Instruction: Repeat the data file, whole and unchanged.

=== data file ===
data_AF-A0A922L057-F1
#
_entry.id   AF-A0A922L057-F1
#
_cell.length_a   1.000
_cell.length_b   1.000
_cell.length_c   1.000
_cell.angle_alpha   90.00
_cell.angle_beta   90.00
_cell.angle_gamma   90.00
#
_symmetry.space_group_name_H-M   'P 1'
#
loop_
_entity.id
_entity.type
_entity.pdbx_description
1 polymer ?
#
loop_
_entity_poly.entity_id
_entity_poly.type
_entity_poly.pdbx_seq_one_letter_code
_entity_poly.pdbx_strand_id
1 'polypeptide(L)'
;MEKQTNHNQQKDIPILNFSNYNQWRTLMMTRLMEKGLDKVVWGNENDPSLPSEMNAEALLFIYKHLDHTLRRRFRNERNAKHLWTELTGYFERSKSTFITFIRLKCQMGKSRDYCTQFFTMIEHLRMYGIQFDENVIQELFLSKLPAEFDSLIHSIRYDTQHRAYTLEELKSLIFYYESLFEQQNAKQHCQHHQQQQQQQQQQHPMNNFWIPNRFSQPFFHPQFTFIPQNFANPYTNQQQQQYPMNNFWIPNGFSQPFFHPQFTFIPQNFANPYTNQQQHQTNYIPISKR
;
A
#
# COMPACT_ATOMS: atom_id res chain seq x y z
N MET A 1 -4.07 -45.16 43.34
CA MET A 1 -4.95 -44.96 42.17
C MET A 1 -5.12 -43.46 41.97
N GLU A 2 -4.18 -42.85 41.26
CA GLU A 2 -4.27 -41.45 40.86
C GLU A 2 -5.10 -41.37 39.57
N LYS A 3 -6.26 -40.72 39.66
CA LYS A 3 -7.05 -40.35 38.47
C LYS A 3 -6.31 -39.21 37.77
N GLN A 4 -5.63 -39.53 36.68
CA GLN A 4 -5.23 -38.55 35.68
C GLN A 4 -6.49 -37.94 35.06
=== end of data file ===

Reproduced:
data_AF-A0A922L057-F1
#
_entry.id   AF-A0A922L057-F1
#
_cell.length_a   1.000
_cell.length_b   1.000
_cell.length_c   1.000
_cell.angle_alpha   90.00
_cell.angle_beta   90.00
_cell.angle_gamma   90.00
#
_symmetry.space_group_name_H-M   'P 1'
#
loop_
_entity.id
_entity.type
_entity.pdbx_description
1 polymer ?
#
loop_
_entity_poly.entity_id
_entity_poly.type
_entity_poly.pdbx_seq_one_letter_code
_entity_poly.pdbx_strand_id
1 'polypeptide(L)'
;MEKQTNHNQQKDIPILNFSNYNQWRTLMMTRLMEKGLDKVVWGNENDPSLPSEMNAEALLFIYKHLDHTLRRRFRNERNAKHLWTELTGYFERSKSTFITFIRLKCQMGKSRDYCTQFFTMIEHLRMYGIQFDENVIQELFLSKLPAEFDSLIHSIRYDTQHRAYTLEELKSLIFYYESLFEQQNAKQHCQHHQQQQQQQQQQHPMNNFWIPNRFSQPFFHPQFTFIPQNFANPYTNQQQQQYPMNNFWIPNGFSQPFFHPQFTFIPQNFANPYTNQQQHQTNYIPISKR
;
A
#
# COMPACT_ATOMS: atom_id res chain seq x y z
N MET A 1 -4.07 -45.16 43.34
CA MET A 1 -4.95 -44.96 42.17
C MET A 1 -5.12 -43.46 41.97
N GLU A 2 -4.18 -42.85 41.26
CA GLU A 2 -4.27 -41.45 40.86
C GLU A 2 -5.10 -41.37 39.57
N LYS A 3 -6.26 -40.72 39.66
CA LYS A 3 -7.05 -40.35 38.47
C LYS A 3 -6.31 -39.21 37.77
N GLN A 4 -5.63 -39.53 36.68
CA GLN A 4 -5.23 -38.55 35.68
C GLN A 4 -6.49 -37.94 35.06